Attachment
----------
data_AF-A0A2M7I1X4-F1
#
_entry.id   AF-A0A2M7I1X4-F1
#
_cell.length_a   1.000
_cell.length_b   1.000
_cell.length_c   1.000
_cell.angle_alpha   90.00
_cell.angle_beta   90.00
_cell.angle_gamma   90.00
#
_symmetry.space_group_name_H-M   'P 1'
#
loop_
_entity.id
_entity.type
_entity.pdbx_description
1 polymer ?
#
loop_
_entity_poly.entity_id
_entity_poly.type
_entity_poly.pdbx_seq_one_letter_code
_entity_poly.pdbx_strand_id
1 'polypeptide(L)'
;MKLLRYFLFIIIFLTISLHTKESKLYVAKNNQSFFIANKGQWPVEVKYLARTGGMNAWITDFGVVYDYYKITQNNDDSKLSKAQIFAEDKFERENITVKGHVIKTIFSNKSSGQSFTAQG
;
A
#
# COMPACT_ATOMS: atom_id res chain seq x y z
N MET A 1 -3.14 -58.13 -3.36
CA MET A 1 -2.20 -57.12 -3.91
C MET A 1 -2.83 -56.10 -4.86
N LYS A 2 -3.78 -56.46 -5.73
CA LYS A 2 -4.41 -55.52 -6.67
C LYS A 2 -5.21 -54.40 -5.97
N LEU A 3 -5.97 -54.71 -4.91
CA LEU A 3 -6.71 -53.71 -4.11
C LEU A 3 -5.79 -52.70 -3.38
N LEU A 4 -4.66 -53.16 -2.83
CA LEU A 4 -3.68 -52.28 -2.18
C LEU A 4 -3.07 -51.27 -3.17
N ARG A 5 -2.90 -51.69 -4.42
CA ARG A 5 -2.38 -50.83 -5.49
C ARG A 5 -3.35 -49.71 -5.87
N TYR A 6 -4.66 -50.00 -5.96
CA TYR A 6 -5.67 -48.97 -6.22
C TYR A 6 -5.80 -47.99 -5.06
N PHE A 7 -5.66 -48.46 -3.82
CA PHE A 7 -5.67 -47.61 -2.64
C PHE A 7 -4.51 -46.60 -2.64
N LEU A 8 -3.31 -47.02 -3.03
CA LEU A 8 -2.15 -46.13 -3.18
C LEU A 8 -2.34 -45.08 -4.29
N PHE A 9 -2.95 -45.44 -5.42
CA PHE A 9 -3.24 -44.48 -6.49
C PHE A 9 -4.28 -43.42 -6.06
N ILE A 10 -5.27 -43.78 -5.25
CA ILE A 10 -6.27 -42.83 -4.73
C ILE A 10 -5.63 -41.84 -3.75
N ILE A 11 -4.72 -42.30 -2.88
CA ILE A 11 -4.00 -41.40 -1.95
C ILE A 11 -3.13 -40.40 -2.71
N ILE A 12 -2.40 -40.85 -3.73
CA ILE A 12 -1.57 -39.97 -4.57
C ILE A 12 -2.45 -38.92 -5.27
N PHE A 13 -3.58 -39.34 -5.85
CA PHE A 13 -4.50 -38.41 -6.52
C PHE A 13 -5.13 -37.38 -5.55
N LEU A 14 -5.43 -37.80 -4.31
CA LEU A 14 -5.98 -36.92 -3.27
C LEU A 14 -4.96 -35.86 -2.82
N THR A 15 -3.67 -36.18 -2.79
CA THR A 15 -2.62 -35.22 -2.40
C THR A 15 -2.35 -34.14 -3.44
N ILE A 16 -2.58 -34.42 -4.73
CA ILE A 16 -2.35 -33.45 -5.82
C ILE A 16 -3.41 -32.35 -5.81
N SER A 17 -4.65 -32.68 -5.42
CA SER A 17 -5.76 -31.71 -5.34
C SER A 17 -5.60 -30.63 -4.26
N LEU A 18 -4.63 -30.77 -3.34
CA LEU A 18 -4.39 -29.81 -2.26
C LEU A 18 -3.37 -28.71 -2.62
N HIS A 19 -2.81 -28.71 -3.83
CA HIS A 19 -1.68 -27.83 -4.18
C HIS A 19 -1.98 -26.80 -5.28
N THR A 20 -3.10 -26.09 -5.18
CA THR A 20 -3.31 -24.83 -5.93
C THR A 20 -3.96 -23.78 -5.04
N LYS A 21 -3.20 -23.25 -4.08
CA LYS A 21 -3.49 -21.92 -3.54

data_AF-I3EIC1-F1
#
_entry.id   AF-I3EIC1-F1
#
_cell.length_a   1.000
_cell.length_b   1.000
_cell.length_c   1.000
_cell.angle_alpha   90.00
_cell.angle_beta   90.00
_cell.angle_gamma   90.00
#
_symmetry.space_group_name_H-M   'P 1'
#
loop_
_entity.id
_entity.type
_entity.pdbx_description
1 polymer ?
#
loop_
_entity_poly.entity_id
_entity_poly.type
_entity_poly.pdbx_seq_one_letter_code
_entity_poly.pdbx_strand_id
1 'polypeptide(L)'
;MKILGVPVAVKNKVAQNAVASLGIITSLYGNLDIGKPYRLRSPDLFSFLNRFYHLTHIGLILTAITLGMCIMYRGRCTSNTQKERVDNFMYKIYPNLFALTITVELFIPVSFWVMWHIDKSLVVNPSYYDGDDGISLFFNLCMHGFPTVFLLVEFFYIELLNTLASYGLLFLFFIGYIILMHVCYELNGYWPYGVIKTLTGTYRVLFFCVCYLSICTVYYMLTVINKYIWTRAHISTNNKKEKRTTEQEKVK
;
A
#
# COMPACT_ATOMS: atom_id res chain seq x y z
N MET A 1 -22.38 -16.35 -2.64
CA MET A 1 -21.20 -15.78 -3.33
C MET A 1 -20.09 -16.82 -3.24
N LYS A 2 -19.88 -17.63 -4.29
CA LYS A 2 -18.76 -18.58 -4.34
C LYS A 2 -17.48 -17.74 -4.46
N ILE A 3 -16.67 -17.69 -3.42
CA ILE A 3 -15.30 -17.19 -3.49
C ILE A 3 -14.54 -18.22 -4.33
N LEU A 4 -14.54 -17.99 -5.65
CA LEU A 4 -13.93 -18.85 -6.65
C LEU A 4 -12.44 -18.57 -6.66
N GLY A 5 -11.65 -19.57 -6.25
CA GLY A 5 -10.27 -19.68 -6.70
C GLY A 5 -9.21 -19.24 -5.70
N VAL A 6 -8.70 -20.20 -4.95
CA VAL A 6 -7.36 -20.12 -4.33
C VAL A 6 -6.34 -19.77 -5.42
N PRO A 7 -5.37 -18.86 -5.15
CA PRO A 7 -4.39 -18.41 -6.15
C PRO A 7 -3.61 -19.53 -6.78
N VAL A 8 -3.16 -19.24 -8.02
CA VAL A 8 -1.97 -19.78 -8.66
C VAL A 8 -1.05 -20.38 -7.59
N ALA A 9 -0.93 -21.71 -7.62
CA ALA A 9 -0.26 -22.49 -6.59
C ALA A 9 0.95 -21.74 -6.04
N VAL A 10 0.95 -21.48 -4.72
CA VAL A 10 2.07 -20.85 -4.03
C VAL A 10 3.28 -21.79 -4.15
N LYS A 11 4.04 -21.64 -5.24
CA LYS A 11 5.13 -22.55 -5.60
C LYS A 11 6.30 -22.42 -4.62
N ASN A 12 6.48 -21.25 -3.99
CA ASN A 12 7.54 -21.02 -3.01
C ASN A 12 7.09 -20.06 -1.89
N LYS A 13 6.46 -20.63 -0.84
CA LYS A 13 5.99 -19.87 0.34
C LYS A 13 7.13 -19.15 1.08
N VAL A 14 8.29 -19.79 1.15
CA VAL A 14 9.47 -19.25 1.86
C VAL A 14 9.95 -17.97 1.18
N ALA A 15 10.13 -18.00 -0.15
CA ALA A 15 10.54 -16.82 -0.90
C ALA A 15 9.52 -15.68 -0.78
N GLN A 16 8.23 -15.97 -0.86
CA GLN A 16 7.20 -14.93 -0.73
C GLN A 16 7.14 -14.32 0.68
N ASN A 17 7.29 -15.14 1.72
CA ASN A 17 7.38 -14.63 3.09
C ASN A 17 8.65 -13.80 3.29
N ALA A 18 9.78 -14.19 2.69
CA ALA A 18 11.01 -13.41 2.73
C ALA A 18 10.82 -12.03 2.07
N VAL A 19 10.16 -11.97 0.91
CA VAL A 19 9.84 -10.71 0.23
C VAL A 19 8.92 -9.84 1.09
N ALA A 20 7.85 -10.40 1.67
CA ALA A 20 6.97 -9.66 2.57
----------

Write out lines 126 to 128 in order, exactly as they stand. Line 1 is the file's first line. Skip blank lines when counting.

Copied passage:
N LYS A 2 -19.88 -17.63 -4.29
CA LYS A 2 -18.76 -18.58 -4.34
C LYS A 2 -17.48 -17.74 -4.46